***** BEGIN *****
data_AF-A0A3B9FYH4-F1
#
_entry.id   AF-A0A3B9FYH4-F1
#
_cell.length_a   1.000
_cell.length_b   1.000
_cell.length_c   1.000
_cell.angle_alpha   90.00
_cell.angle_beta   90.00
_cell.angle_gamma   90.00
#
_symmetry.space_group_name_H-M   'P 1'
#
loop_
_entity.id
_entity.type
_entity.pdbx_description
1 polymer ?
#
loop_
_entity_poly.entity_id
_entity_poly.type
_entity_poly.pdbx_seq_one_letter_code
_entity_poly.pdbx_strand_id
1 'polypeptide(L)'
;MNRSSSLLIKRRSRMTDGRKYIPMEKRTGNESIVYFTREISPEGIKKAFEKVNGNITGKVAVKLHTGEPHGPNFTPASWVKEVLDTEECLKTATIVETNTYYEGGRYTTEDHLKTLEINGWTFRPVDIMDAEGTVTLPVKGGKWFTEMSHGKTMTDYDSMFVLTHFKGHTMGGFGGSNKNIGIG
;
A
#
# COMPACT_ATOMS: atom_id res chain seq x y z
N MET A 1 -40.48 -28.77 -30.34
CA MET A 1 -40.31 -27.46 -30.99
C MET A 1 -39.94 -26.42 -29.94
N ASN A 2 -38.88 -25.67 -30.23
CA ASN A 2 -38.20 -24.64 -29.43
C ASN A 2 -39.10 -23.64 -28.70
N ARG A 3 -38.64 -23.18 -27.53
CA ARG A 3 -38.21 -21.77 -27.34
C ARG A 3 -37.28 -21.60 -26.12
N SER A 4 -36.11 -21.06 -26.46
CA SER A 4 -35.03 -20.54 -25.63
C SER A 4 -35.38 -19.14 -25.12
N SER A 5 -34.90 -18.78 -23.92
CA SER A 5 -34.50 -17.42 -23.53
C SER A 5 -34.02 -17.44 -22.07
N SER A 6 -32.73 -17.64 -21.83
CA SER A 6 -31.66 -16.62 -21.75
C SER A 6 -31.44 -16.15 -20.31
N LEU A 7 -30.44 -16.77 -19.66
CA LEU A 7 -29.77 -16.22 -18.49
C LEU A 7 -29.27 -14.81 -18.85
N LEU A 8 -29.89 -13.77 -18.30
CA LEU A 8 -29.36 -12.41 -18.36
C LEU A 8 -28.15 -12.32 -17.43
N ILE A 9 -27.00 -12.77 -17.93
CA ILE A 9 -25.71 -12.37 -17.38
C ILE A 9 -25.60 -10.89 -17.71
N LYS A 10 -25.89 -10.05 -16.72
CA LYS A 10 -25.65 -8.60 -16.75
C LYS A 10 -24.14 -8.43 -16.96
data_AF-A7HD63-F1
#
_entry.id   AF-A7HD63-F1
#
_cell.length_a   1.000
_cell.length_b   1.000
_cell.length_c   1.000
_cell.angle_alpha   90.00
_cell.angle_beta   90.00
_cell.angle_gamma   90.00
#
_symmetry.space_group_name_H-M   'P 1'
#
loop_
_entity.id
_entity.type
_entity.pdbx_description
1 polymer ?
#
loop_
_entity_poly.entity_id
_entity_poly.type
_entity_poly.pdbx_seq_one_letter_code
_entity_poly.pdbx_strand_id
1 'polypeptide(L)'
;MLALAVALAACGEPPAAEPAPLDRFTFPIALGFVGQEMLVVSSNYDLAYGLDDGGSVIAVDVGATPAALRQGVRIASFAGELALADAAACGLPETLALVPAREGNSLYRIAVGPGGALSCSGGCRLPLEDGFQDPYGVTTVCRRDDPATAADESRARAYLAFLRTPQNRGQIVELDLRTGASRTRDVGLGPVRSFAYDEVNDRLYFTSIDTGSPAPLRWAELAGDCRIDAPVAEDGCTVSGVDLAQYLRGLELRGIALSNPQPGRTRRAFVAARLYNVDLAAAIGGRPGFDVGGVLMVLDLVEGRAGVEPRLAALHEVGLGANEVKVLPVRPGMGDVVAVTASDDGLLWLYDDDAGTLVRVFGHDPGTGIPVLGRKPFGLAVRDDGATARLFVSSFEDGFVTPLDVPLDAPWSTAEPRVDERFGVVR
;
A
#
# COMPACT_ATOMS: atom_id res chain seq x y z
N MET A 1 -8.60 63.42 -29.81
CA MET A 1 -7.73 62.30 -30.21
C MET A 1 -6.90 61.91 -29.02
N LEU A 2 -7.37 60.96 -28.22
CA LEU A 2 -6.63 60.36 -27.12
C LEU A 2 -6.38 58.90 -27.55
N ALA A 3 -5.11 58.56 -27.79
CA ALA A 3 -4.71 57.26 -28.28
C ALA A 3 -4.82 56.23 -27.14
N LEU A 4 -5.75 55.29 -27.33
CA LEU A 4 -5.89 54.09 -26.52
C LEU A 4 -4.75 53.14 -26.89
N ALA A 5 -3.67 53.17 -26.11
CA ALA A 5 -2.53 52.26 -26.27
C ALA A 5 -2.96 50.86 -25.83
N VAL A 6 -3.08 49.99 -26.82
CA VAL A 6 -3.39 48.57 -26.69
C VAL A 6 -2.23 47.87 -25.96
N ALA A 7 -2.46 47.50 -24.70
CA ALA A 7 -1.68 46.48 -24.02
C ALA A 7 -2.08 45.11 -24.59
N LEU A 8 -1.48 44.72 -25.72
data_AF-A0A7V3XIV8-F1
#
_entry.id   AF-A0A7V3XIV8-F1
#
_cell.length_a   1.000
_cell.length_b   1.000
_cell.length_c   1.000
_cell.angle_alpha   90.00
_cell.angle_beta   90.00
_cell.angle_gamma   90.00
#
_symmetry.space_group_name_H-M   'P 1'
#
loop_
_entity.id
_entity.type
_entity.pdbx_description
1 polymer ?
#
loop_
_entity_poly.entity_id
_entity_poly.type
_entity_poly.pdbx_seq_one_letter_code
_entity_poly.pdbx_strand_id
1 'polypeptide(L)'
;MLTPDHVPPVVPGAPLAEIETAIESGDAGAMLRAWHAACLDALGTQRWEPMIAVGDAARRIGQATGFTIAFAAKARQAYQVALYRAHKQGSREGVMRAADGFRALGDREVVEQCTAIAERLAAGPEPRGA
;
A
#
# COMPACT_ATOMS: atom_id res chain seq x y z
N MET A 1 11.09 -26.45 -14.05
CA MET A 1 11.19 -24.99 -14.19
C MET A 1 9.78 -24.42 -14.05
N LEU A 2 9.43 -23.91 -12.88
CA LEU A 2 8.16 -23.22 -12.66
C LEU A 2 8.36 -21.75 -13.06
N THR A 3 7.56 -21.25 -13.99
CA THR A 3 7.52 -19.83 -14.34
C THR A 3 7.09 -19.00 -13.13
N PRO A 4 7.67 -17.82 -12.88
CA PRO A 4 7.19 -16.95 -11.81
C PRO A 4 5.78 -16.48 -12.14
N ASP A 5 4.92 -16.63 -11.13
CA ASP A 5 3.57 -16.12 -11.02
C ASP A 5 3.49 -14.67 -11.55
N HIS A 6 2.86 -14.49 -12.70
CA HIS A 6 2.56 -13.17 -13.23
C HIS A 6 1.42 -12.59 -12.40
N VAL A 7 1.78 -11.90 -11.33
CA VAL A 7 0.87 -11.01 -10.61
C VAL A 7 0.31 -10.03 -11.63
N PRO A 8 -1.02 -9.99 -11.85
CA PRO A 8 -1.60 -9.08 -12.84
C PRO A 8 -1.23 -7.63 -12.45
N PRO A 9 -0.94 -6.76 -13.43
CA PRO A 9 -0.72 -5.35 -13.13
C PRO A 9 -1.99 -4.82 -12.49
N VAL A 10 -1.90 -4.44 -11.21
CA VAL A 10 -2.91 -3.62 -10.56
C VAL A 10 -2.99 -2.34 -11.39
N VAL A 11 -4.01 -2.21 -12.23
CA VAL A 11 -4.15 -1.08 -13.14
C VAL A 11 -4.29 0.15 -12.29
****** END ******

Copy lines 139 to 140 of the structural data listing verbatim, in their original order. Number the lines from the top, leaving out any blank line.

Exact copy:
;
A